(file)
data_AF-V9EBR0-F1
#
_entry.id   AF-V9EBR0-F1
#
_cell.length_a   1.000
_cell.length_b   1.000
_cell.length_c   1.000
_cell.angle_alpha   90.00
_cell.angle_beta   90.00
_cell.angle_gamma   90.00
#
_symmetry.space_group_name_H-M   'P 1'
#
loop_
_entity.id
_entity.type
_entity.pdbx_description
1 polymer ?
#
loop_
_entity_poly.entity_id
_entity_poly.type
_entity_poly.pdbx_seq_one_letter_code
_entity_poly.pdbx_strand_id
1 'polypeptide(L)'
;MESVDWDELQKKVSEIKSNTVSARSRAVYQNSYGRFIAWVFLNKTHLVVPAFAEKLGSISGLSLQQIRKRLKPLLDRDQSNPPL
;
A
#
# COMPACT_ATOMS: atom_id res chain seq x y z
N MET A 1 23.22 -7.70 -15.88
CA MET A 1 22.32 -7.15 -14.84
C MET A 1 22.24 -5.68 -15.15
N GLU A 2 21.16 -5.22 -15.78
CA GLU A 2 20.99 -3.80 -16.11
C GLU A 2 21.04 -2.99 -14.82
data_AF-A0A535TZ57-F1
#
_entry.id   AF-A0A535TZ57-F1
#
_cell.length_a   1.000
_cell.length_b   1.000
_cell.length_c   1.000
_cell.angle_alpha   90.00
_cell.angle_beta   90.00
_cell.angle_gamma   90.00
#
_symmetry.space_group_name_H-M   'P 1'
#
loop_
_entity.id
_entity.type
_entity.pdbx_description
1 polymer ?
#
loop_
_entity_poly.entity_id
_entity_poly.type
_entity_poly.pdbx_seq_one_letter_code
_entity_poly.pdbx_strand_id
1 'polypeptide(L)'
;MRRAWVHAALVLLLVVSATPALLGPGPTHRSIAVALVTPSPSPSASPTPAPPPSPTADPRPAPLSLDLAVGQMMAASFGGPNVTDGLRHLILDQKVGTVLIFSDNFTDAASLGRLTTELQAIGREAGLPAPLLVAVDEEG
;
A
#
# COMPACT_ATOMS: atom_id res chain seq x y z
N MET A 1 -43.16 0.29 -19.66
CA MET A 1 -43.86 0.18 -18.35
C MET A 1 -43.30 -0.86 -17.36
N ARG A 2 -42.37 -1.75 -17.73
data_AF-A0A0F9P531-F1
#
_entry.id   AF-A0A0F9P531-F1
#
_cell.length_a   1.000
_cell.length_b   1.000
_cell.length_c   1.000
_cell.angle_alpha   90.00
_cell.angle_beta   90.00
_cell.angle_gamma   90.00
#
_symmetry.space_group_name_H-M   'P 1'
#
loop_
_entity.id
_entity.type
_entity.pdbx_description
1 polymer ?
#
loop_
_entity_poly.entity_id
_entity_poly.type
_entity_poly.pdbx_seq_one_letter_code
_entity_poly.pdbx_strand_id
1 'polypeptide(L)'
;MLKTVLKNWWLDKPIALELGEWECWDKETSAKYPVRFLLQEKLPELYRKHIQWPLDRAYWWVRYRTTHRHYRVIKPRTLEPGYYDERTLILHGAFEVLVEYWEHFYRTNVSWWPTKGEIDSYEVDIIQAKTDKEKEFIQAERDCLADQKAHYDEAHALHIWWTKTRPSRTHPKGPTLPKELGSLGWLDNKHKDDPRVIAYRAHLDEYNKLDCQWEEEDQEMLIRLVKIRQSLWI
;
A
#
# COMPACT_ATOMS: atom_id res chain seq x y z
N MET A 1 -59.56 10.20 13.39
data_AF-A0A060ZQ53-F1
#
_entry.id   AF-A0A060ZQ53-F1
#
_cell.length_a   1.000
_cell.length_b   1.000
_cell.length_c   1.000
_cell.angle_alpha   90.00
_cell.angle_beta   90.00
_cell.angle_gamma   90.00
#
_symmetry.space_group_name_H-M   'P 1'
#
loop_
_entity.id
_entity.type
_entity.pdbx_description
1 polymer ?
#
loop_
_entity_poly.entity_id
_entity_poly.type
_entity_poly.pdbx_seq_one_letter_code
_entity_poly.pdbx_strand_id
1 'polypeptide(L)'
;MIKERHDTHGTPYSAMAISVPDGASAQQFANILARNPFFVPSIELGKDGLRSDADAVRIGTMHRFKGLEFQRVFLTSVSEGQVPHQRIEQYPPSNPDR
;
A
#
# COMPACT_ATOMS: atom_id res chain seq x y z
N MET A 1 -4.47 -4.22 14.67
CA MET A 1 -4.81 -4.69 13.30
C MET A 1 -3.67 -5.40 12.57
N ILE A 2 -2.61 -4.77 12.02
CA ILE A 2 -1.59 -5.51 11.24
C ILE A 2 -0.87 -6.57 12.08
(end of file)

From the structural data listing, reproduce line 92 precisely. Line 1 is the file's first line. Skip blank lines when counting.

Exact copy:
_entity_poly.type